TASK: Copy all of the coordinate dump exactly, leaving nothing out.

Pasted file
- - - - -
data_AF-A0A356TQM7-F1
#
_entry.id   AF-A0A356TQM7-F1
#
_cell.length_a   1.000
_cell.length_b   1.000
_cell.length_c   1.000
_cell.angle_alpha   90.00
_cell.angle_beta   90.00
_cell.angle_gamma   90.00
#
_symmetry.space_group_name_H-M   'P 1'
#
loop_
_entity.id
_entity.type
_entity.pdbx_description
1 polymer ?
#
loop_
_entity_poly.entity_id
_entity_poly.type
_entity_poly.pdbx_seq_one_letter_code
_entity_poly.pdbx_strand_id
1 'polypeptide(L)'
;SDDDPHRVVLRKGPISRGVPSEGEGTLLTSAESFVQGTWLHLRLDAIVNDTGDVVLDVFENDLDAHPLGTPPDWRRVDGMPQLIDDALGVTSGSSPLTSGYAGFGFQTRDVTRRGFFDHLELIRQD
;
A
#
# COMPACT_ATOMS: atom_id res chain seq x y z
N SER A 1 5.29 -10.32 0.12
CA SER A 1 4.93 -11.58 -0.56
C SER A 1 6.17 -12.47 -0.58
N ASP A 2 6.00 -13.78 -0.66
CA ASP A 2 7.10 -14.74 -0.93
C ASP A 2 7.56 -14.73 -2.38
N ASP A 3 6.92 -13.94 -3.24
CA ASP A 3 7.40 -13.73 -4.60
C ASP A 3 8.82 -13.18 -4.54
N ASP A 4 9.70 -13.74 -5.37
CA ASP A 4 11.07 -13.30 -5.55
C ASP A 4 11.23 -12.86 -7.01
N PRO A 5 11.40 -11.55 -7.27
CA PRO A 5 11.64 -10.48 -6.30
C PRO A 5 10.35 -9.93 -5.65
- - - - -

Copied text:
data_AF-A0A356TQM7-F1
#
_entry.id   AF-A0A356TQM7-F1
#
_cell.length_a   1.000
_cell.length_b   1.000
_cell.length_c   1.000
_cell.angle_alpha   90.00
_cell.angle_beta   90.00
_cell.angle_gamma   90.00
#
_symmetry.space_group_name_H-M   'P 1'
#
loop_
_entity.id
_entity.type
_entity.pdbx_description
1 polymer ?
#
loop_
_entity_poly.entity_id
_entity_poly.type
_entity_poly.pdbx_seq_one_letter_code
_entity_poly.pdbx_strand_id
1 'polypeptide(L)'
;SDDDPHRVVLRKGPISRGVPSEGEGTLLTSAESFVQGTWLHLRLDAIVNDTGDVVLDVFENDLDAHPLGTPPDWRRVDGMPQLIDDALGVTSGSSPLTSGYAGFGFQTRDVTRRGFFDHLELIRQD
;
A
#
# COMPACT_ATOMS: atom_id res chain seq x y z
N SER A 1 5.29 -10.32 0.12
CA SER A 1 4.93 -11.58 -0.56
C SER A 1 6.17 -12.47 -0.58
N ASP A 2 6.00 -13.78 -0.66
CA ASP A 2 7.10 -14.74 -0.93
C ASP A 2 7.56 -14.73 -2.38
N ASP A 3 6.92 -13.94 -3.24
CA ASP A 3 7.40 -13.73 -4.60
C ASP A 3 8.82 -13.18 -4.54
N ASP A 4 9.70 -13.74 -5.37
CA ASP A 4 11.07 -13.30 -5.55
C ASP A 4 11.23 -12.86 -7.01
N PRO A 5 11.40 -11.55 -7.27
CA PRO A 5 11.64 -10.48 -6.30
C PRO A 5 10.35 -9.93 -5.65